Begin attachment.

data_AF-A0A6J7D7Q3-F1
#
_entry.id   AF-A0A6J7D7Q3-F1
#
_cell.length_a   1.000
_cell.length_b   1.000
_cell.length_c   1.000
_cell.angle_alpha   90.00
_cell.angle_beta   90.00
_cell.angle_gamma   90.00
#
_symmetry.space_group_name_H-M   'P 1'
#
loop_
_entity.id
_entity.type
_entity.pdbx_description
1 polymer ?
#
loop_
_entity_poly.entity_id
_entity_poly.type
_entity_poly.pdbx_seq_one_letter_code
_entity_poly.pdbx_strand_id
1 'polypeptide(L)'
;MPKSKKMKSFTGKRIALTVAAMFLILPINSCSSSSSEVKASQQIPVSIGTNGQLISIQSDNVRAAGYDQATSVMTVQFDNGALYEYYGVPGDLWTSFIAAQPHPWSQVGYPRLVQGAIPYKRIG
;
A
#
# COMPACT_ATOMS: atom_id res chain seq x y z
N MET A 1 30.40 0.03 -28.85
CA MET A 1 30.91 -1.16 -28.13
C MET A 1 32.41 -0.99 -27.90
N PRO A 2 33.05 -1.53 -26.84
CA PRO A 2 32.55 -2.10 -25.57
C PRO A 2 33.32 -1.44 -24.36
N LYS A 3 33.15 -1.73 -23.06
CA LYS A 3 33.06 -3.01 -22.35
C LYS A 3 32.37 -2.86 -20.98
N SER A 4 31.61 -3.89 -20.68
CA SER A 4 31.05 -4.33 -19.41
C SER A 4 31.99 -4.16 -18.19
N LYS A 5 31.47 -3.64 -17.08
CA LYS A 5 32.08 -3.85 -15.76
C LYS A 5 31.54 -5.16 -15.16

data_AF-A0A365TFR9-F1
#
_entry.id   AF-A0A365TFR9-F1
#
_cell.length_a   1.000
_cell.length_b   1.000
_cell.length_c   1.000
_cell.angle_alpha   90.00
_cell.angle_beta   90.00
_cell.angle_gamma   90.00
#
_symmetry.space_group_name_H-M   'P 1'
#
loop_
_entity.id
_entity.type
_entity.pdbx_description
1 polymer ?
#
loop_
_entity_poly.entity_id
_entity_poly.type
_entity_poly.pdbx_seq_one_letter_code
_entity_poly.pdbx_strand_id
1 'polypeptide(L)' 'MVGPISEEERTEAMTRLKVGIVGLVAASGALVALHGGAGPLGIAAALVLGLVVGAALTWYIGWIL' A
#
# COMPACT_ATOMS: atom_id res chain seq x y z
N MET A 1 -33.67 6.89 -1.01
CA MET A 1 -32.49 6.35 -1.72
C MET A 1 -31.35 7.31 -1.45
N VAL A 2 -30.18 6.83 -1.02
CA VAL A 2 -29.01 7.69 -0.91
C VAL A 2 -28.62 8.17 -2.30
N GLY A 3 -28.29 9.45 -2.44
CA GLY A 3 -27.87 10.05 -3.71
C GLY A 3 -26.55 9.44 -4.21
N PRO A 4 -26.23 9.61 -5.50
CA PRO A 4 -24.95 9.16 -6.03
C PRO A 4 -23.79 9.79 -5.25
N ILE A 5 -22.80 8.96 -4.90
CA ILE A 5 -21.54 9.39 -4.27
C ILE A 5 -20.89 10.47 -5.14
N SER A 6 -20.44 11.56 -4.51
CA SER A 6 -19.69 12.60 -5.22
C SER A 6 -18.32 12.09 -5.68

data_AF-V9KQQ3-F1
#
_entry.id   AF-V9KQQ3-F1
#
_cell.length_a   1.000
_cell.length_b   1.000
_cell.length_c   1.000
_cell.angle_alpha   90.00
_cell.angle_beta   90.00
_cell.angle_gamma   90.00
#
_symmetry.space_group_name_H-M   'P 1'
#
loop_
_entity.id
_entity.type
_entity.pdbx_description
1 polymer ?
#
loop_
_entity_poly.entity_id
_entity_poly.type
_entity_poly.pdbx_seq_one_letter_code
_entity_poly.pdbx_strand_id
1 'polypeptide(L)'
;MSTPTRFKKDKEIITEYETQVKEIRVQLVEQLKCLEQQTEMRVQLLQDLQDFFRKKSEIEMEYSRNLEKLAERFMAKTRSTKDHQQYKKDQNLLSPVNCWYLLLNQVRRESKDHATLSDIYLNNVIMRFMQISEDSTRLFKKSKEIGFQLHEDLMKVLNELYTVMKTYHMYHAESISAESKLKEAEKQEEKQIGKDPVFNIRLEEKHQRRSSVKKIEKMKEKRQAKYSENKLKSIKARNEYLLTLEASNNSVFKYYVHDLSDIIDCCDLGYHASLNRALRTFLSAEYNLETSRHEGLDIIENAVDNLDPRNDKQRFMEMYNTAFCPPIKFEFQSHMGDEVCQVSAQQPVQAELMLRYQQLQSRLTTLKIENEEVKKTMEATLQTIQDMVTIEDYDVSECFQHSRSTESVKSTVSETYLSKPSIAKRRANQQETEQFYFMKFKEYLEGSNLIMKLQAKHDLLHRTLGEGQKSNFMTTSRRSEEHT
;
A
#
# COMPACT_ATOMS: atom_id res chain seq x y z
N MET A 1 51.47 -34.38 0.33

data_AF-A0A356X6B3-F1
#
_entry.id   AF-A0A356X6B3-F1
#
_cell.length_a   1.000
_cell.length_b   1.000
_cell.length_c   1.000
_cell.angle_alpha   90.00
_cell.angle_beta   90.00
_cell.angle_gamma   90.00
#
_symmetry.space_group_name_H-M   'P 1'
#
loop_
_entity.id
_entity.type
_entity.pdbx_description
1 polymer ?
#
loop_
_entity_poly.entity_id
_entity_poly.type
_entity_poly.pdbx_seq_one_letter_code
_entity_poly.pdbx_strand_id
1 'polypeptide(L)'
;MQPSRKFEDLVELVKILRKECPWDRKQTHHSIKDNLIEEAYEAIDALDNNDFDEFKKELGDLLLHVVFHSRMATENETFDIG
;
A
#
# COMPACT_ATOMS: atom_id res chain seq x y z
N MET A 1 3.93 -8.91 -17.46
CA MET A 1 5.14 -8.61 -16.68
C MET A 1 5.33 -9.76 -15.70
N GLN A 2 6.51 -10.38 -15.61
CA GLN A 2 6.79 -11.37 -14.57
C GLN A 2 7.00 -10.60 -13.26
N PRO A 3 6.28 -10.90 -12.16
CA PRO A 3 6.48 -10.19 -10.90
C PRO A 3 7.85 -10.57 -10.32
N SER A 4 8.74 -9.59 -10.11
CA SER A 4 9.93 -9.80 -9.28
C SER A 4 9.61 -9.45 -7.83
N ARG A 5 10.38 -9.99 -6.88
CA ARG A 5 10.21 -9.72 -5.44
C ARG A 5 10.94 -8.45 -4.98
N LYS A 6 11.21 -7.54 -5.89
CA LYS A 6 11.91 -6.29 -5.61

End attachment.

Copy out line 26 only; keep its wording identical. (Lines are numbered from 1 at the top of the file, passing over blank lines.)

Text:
;MPKSKKMKSFTGKRIALTVAAMFLILPINSCSSSSSEVKASQQIPVSIGTNGQLISIQSDNVRAAGYDQATSVMTVQFDNGALYEYYGVPGDLWTSFIAAQPHPWSQVGYPRLVQGAIPYKRIG